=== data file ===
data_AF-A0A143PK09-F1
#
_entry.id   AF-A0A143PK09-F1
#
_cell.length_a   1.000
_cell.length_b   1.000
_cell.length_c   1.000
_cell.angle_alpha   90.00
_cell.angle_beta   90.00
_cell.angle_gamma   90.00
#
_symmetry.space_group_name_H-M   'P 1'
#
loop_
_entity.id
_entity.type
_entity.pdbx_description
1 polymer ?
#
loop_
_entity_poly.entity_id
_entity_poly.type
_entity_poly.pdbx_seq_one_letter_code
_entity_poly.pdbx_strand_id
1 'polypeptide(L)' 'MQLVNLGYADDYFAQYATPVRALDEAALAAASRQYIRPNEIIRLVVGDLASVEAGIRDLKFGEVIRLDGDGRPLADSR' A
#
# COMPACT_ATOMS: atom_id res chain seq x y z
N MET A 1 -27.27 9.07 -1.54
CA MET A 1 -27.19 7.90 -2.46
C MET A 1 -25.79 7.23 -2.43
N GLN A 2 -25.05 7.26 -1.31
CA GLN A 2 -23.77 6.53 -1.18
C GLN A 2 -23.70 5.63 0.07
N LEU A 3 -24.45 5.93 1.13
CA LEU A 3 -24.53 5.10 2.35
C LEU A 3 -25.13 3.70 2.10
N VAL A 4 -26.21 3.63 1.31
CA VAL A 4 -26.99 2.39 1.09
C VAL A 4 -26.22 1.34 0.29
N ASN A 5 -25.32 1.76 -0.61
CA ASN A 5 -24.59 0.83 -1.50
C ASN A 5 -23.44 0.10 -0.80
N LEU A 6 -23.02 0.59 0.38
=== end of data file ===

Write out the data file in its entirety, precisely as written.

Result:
data_AF-A0A143PK09-F1
#
_entry.id   AF-A0A143PK09-F1
#
_cell.length_a   1.000
_cell.length_b   1.000
_cell.length_c   1.000
_cell.angle_alpha   90.00
_cell.angle_beta   90.00
_cell.angle_gamma   90.00
#
_symmetry.space_group_name_H-M   'P 1'
#
loop_
_entity.id
_entity.type
_entity.pdbx_description
1 polymer ?
#
loop_
_entity_poly.entity_id
_entity_poly.type
_entity_poly.pdbx_seq_one_letter_code
_entity_poly.pdbx_strand_id
1 'polypeptide(L)' 'MQLVNLGYADDYFAQYATPVRALDEAALAAASRQYIRPNEIIRLVVGDLASVEAGIRDLKFGEVIRLDGDGRPLADSR' A
#
# COMPACT_ATOMS: atom_id res chain seq x y z
N MET A 1 -27.27 9.07 -1.54
CA MET A 1 -27.19 7.90 -2.46
C MET A 1 -25.79 7.23 -2.43
N GLN A 2 -25.05 7.26 -1.31
CA GLN A 2 -23.77 6.53 -1.18
C GLN A 2 -23.70 5.63 0.07
N LEU A 3 -24.45 5.93 1.13
CA LEU A 3 -24.53 5.10 2.35
C LEU A 3 -25.13 3.70 2.10
N VAL A 4 -26.21 3.63 1.31
CA VAL A 4 -26.99 2.39 1.09
C VAL A 4 -26.22 1.34 0.29
N ASN A 5 -25.32 1.76 -0.61
CA ASN A 5 -24.59 0.83 -1.50
C ASN A 5 -23.44 0.10 -0.80
N LEU A 6 -23.02 0.59 0.38